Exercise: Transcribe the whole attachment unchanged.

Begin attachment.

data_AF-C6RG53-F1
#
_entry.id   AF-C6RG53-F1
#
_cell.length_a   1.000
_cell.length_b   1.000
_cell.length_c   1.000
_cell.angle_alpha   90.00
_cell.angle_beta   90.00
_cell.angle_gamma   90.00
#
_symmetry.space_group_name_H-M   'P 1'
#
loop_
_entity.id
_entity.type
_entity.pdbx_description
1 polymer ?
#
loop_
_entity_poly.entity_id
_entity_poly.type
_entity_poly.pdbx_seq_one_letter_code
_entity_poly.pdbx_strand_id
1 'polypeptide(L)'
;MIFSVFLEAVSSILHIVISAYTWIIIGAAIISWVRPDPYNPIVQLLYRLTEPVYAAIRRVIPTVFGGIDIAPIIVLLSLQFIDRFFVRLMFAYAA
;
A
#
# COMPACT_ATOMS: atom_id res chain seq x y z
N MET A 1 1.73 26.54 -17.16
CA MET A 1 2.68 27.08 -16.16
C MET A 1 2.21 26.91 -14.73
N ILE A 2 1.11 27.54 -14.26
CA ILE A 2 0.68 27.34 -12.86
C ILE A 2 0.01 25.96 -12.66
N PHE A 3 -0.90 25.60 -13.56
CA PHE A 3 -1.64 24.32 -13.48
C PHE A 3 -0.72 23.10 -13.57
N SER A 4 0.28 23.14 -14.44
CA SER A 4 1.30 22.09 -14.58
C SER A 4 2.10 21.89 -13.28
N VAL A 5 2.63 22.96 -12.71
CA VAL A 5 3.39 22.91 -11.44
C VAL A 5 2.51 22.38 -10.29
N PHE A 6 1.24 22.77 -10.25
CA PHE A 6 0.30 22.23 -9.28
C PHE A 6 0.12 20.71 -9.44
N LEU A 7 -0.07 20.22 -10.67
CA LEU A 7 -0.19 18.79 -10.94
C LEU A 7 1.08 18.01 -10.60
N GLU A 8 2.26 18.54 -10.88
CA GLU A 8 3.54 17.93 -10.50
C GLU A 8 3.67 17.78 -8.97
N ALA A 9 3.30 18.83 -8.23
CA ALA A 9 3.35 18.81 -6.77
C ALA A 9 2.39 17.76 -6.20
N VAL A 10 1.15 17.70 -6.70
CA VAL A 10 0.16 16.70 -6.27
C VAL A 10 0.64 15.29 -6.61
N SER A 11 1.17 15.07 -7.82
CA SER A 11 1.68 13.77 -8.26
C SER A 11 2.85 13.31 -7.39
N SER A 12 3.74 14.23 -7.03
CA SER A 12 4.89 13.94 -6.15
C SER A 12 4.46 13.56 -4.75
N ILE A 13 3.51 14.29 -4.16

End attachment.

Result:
data_AF-C6RG53-F1
#
_entry.id   AF-C6RG53-F1
#
_cell.length_a   1.000
_cell.length_b   1.000
_cell.length_c   1.000
_cell.angle_alpha   90.00
_cell.angle_beta   90.00
_cell.angle_gamma   90.00
#
_symmetry.space_group_name_H-M   'P 1'
#
loop_
_entity.id
_entity.type
_entity.pdbx_description
1 polymer ?
#
loop_
_entity_poly.entity_id
_entity_poly.type
_entity_poly.pdbx_seq_one_letter_code
_entity_poly.pdbx_strand_id
1 'polypeptide(L)'
;MIFSVFLEAVSSILHIVISAYTWIIIGAAIISWVRPDPYNPIVQLLYRLTEPVYAAIRRVIPTVFGGIDIAPIIVLLSLQFIDRFFVRLMFAYAA
;
A
#
# COMPACT_ATOMS: atom_id res chain seq x y z
N MET A 1 1.73 26.54 -17.16
CA MET A 1 2.68 27.08 -16.16
C MET A 1 2.21 26.91 -14.73
N ILE A 2 1.11 27.54 -14.26
CA ILE A 2 0.68 27.34 -12.86
C ILE A 2 0.01 25.96 -12.66
N PHE A 3 -0.90 25.60 -13.56
CA PHE A 3 -1.64 24.32 -13.48
C PHE A 3 -0.72 23.10 -13.57
N SER A 4 0.28 23.14 -14.44
CA SER A 4 1.30 22.09 -14.58
C SER A 4 2.10 21.89 -13.28
N VAL A 5 2.63 22.96 -12.71
CA VAL A 5 3.39 22.91 -11.44
C VAL A 5 2.51 22.38 -10.29
N PHE A 6 1.24 22.77 -10.25
CA PHE A 6 0.30 22.23 -9.28
C PHE A 6 0.12 20.71 -9.44
N LEU A 7 -0.07 20.22 -10.67
CA LEU A 7 -0.19 18.79 -10.94
C LEU A 7 1.08 18.01 -10.60
N GLU A 8 2.26 18.54 -10.88
CA GLU A 8 3.54 17.93 -10.50
C GLU A 8 3.67 17.78 -8.97
N ALA A 9 3.30 18.83 -8.23
CA ALA A 9 3.35 18.81 -6.77
C ALA A 9 2.39 17.76 -6.20
N VAL A 10 1.15 17.70 -6.70
CA VAL A 10 0.16 16.70 -6.27
C VAL A 10 0.64 15.29 -6.61
N SER A 11 1.17 15.07 -7.82
CA SER A 11 1.68 13.77 -8.26
C SER A 11 2.85 13.31 -7.39
N SER A 12 3.74 14.23 -7.03
CA SER A 12 4.89 13.94 -6.15
C SER A 12 4.46 13.56 -4.75
N ILE A 13 3.51 14.29 -4.16